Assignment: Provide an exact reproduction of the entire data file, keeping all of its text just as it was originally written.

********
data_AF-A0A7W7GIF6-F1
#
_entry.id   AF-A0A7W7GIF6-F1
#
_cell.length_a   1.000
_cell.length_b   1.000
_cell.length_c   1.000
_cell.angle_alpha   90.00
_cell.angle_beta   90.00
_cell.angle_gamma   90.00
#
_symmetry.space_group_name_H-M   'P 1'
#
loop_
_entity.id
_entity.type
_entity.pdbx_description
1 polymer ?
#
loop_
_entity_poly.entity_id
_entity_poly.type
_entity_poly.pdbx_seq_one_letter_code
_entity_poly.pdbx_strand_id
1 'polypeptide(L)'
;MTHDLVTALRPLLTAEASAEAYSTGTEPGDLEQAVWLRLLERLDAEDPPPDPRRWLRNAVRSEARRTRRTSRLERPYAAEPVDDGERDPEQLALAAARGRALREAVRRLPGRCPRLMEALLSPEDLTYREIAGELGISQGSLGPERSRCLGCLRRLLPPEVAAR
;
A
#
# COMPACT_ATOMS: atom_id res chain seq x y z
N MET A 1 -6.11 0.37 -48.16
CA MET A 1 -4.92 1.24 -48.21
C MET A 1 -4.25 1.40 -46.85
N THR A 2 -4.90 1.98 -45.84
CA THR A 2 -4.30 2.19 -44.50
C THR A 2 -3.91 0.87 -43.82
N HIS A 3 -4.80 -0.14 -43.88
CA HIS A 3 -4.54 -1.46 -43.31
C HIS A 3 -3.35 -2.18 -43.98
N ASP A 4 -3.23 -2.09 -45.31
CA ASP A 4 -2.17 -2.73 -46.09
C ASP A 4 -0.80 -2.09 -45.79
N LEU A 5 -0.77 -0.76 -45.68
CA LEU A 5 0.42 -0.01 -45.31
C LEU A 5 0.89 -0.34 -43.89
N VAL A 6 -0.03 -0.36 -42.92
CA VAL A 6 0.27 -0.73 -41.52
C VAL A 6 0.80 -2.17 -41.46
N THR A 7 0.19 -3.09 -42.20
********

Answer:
data_AF-A0A7W7GIF6-F1
#
_entry.id   AF-A0A7W7GIF6-F1
#
_cell.length_a   1.000
_cell.length_b   1.000
_cell.length_c   1.000
_cell.angle_alpha   90.00
_cell.angle_beta   90.00
_cell.angle_gamma   90.00
#
_symmetry.space_group_name_H-M   'P 1'
#
loop_
_entity.id
_entity.type
_entity.pdbx_description
1 polymer ?
#
loop_
_entity_poly.entity_id
_entity_poly.type
_entity_poly.pdbx_seq_one_letter_code
_entity_poly.pdbx_strand_id
1 'polypeptide(L)'
;MTHDLVTALRPLLTAEASAEAYSTGTEPGDLEQAVWLRLLERLDAEDPPPDPRRWLRNAVRSEARRTRRTSRLERPYAAEPVDDGERDPEQLALAAARGRALREAVRRLPGRCPRLMEALLSPEDLTYREIAGELGISQGSLGPERSRCLGCLRRLLPPEVAAR
;
A
#
# COMPACT_ATOMS: atom_id res chain seq x y z
N MET A 1 -6.11 0.37 -48.16
CA MET A 1 -4.92 1.24 -48.21
C MET A 1 -4.25 1.40 -46.85
N THR A 2 -4.90 1.98 -45.84
CA THR A 2 -4.30 2.19 -44.50
C THR A 2 -3.91 0.87 -43.82
N HIS A 3 -4.80 -0.14 -43.88
CA HIS A 3 -4.54 -1.46 -43.31
C HIS A 3 -3.35 -2.18 -43.98
N ASP A 4 -3.23 -2.09 -45.31
CA ASP A 4 -2.17 -2.73 -46.09
C ASP A 4 -0.80 -2.09 -45.79
N LEU A 5 -0.77 -0.76 -45.68
CA LEU A 5 0.42 -0.01 -45.31
C LEU A 5 0.89 -0.34 -43.89
N VAL A 6 -0.03 -0.36 -42.92
CA VAL A 6 0.27 -0.73 -41.52
C VAL A 6 0.80 -2.17 -41.46
N THR A 7 0.19 -3.09 -42.20